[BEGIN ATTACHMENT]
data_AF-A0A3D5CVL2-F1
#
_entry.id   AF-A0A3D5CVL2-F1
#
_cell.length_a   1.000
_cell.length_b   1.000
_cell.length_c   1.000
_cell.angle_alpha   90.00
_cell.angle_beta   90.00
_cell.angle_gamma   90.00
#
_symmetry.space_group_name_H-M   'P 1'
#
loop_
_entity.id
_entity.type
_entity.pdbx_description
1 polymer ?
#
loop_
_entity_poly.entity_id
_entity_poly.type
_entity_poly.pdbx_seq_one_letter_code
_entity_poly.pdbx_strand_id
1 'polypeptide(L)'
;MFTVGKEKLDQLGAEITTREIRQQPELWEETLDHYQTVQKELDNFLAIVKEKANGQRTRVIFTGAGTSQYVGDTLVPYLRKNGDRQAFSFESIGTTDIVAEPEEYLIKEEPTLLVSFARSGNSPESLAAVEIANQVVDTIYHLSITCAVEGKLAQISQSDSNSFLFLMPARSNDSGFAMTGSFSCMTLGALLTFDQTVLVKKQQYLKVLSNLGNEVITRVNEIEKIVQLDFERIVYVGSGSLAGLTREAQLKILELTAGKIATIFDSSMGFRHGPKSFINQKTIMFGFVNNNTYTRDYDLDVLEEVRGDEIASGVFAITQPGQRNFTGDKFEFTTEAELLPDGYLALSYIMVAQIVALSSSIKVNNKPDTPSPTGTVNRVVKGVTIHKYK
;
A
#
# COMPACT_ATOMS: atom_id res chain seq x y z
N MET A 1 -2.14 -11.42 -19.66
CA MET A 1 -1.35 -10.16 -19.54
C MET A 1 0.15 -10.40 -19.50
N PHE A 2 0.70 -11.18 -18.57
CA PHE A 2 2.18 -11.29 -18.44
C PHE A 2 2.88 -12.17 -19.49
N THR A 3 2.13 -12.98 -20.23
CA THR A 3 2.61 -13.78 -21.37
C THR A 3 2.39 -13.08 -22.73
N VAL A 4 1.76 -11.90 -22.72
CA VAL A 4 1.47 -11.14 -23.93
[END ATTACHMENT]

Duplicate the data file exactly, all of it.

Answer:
data_AF-A0A3D5CVL2-F1
#
_entry.id   AF-A0A3D5CVL2-F1
#
_cell.length_a   1.000
_cell.length_b   1.000
_cell.length_c   1.000
_cell.angle_alpha   90.00
_cell.angle_beta   90.00
_cell.angle_gamma   90.00
#
_symmetry.space_group_name_H-M   'P 1'
#
loop_
_entity.id
_entity.type
_entity.pdbx_description
1 polymer ?
#
loop_
_entity_poly.entity_id
_entity_poly.type
_entity_poly.pdbx_seq_one_letter_code
_entity_poly.pdbx_strand_id
1 'polypeptide(L)'
;MFTVGKEKLDQLGAEITTREIRQQPELWEETLDHYQTVQKELDNFLAIVKEKANGQRTRVIFTGAGTSQYVGDTLVPYLRKNGDRQAFSFESIGTTDIVAEPEEYLIKEEPTLLVSFARSGNSPESLAAVEIANQVVDTIYHLSITCAVEGKLAQISQSDSNSFLFLMPARSNDSGFAMTGSFSCMTLGALLTFDQTVLVKKQQYLKVLSNLGNEVITRVNEIEKIVQLDFERIVYVGSGSLAGLTREAQLKILELTAGKIATIFDSSMGFRHGPKSFINQKTIMFGFVNNNTYTRDYDLDVLEEVRGDEIASGVFAITQPGQRNFTGDKFEFTTEAELLPDGYLALSYIMVAQIVALSSSIKVNNKPDTPSPTGTVNRVVKGVTIHKYK
;
A
#
# COMPACT_ATOMS: atom_id res chain seq x y z
N MET A 1 -2.14 -11.42 -19.66
CA MET A 1 -1.35 -10.16 -19.54
C MET A 1 0.15 -10.40 -19.50
N PHE A 2 0.70 -11.18 -18.57
CA PHE A 2 2.18 -11.29 -18.44
C PHE A 2 2.88 -12.17 -19.49
N THR A 3 2.13 -12.98 -20.23
CA THR A 3 2.61 -13.78 -21.37
C THR A 3 2.39 -13.08 -22.73
N VAL A 4 1.76 -11.90 -22.72
CA VAL A 4 1.47 -11.14 -23.93